Ādityavarṇam Luminous like the Sun; the Sun (Āditya) (Bh.G. VIII.9)

Agni The god of fire: one of the most important of the Vedic deities, to whom the greatest number of hymns are addressed, for he presides chiefly over the earth, and is regarded as the mediator between men and the gods, as protector of men and their homes, and as witness of all their actions. Fire is regarded in three phases: in heaven as the sun, in the air as lightning, and on earth as ordinary fire. Agni is represented as clothed in black, having smoke for his standard and head-piece, and carrying a flaming javelin; he has four hands and seven tongues, with which he licks up the butter used in sacrifices. His chariot is drawn by red horses; the seven winds form the wheels of his car, and he is followed by a ram. Esoterically Agni represents the divine essence present in every atom of the universe, the Celestial Fire; hence in its manifestations Agni is often used synonymously with the Adityas (q.v.) or our spiritual Pitṛs (q.v.). In this sense Fire is spoken of as the PRIMARY in the Stanzas of Dzyan: “The Spirit, beyond manifested Nature, is the fiery BREATH in its absolute Unity. In the manifested Universe, it is the Central Spiritual Sun, the electric Fire of all Life. In our System it is the visible Sun, the Spirit of Nature, the terrestrial god. And in, on, and around the Earth, the fiery Spirit thereof – air, fluidic fire; water, liquid fire; Earth, solid fire. All is fire – ignis, in its ultimate constitution, … the three Vedic chief gods are Agni (ignis), Vāyu (q.v.), and Sūrya – Fire, Air, and the Sun, three occult degrees of fire.” (S.D. II, 114) (Bh.G. 85)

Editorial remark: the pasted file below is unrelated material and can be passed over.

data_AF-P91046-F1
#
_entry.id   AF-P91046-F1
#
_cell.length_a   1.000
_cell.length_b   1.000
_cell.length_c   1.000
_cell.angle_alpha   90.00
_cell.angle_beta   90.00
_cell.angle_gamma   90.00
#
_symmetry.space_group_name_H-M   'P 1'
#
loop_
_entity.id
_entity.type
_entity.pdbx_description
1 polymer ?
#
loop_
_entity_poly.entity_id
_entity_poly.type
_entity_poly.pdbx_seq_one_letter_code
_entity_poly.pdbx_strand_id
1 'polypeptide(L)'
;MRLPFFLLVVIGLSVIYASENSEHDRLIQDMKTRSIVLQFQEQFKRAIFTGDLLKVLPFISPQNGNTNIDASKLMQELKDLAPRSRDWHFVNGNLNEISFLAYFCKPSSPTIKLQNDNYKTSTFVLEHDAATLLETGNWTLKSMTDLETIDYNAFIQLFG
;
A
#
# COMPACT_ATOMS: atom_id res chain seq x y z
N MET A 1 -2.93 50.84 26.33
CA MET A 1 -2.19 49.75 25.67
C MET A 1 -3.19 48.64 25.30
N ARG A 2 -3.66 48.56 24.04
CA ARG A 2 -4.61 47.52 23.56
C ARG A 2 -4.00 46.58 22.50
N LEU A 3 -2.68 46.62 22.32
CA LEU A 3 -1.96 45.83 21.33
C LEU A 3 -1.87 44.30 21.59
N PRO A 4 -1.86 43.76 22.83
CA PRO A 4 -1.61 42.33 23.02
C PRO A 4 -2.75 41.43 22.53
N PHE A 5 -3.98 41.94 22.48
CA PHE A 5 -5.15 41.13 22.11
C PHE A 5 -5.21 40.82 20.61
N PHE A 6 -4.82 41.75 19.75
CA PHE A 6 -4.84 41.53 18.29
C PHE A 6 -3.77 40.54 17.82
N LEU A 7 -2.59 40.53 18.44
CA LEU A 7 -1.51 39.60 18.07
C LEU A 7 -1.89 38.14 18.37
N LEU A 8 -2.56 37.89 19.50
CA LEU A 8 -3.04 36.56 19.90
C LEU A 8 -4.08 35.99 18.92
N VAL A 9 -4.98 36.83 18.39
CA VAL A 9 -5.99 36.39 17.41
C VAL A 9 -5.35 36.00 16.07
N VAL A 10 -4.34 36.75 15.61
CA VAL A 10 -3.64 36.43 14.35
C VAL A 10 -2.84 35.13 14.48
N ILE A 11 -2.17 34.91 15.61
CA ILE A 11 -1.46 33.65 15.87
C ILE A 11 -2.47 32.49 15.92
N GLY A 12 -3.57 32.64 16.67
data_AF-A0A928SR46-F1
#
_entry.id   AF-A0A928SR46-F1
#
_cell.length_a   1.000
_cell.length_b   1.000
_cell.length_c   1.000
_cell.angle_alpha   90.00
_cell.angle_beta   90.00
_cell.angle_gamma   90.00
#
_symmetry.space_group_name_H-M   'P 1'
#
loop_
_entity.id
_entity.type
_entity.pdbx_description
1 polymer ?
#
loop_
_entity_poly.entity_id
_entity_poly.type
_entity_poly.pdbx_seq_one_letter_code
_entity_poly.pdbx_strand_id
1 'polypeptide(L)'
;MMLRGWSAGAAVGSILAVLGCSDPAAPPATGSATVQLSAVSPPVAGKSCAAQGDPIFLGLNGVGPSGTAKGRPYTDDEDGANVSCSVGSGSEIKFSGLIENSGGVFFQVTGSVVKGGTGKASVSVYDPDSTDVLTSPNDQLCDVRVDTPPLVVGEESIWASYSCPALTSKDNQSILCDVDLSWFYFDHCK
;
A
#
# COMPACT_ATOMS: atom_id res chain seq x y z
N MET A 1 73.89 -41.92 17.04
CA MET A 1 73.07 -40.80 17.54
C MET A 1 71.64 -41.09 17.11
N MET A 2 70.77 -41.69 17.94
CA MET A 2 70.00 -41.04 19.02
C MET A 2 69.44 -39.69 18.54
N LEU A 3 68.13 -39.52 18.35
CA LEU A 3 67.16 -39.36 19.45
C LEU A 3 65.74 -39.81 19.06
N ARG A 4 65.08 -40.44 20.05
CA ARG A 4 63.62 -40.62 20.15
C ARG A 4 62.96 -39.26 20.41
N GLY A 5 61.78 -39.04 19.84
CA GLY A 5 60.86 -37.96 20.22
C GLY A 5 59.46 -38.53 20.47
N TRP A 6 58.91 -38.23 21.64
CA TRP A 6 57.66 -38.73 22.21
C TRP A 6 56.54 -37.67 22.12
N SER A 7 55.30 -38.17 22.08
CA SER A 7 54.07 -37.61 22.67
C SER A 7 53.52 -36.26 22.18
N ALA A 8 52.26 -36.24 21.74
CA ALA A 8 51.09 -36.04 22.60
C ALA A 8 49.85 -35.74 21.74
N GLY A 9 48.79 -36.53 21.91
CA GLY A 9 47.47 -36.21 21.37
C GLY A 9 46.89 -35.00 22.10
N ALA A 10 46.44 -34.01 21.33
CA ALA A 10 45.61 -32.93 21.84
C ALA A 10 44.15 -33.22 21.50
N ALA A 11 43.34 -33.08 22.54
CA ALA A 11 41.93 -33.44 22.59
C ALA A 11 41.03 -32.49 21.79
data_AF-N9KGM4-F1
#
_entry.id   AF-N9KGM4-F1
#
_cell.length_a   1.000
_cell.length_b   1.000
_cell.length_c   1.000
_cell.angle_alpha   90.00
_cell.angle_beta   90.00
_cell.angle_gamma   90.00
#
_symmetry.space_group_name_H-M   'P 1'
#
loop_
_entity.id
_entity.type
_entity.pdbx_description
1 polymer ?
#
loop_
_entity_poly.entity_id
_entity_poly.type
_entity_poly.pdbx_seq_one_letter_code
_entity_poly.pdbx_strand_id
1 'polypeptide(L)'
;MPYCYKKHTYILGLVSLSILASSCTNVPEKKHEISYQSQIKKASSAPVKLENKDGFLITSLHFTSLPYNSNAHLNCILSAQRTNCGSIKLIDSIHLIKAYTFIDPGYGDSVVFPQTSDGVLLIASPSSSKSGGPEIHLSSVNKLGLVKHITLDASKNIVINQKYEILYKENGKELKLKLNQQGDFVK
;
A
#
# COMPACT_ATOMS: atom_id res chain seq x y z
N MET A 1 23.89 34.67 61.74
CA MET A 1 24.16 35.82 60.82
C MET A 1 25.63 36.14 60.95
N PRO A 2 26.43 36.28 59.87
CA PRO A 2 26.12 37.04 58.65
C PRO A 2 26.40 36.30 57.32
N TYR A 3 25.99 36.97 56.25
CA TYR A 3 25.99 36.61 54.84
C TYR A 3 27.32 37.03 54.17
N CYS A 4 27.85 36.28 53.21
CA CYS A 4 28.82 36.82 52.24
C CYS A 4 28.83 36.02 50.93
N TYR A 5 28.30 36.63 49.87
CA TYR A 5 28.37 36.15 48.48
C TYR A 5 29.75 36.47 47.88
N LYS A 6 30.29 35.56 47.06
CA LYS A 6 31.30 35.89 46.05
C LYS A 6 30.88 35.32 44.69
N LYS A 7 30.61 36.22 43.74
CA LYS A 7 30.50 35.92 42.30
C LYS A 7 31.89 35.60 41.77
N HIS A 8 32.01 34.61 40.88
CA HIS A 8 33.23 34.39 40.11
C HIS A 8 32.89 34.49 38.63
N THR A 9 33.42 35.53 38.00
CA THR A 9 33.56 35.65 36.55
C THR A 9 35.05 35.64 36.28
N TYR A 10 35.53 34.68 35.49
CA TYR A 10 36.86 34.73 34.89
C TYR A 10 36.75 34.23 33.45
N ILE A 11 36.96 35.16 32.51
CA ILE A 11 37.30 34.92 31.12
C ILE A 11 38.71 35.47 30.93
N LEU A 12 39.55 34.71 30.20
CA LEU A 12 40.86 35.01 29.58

Ahaṅkāra (or Ahaṁkāra) Egoism, the sense of personality or ‘I-am-I-ness’: in its lower aspect in man it is the egoistical principle which produces the notion of the personal ego as being different from the Universal One-Self. Kosmically speaking, Ahaṅkāra is “that which first issues from ‘Mahat’ or divine mind; the first shadowy outline of Self-hood, for ‘pure’ Ahaṅkāra becomes ‘passionate’ and finally ‘rudimental’ (initial); . . .” (S.D. I, pp. 452-3). (comp. aham, I; kāra, doer, maker; from *kṛ to do. Bh.G. 53)

Airāvata The elephant produced by the gods at the time of the churning of the ocean. (See Ananta.) He became the special charge of Indra and one of the eight Lokapalas. These latter are the cosmical spirits who preside over the eight points of the compass (Airāvata guards the east), and are closely akin to the four Maharajas – the four ‘Great Watchers.’ Although the Lokapalas are represented as ‘elephants,’ H. P. Blavatsky remarks that “all of them have an occult significance.” (S.D. I, 128) (m. produced from the ocean, from iravat, the ocean. Bh.G. 74)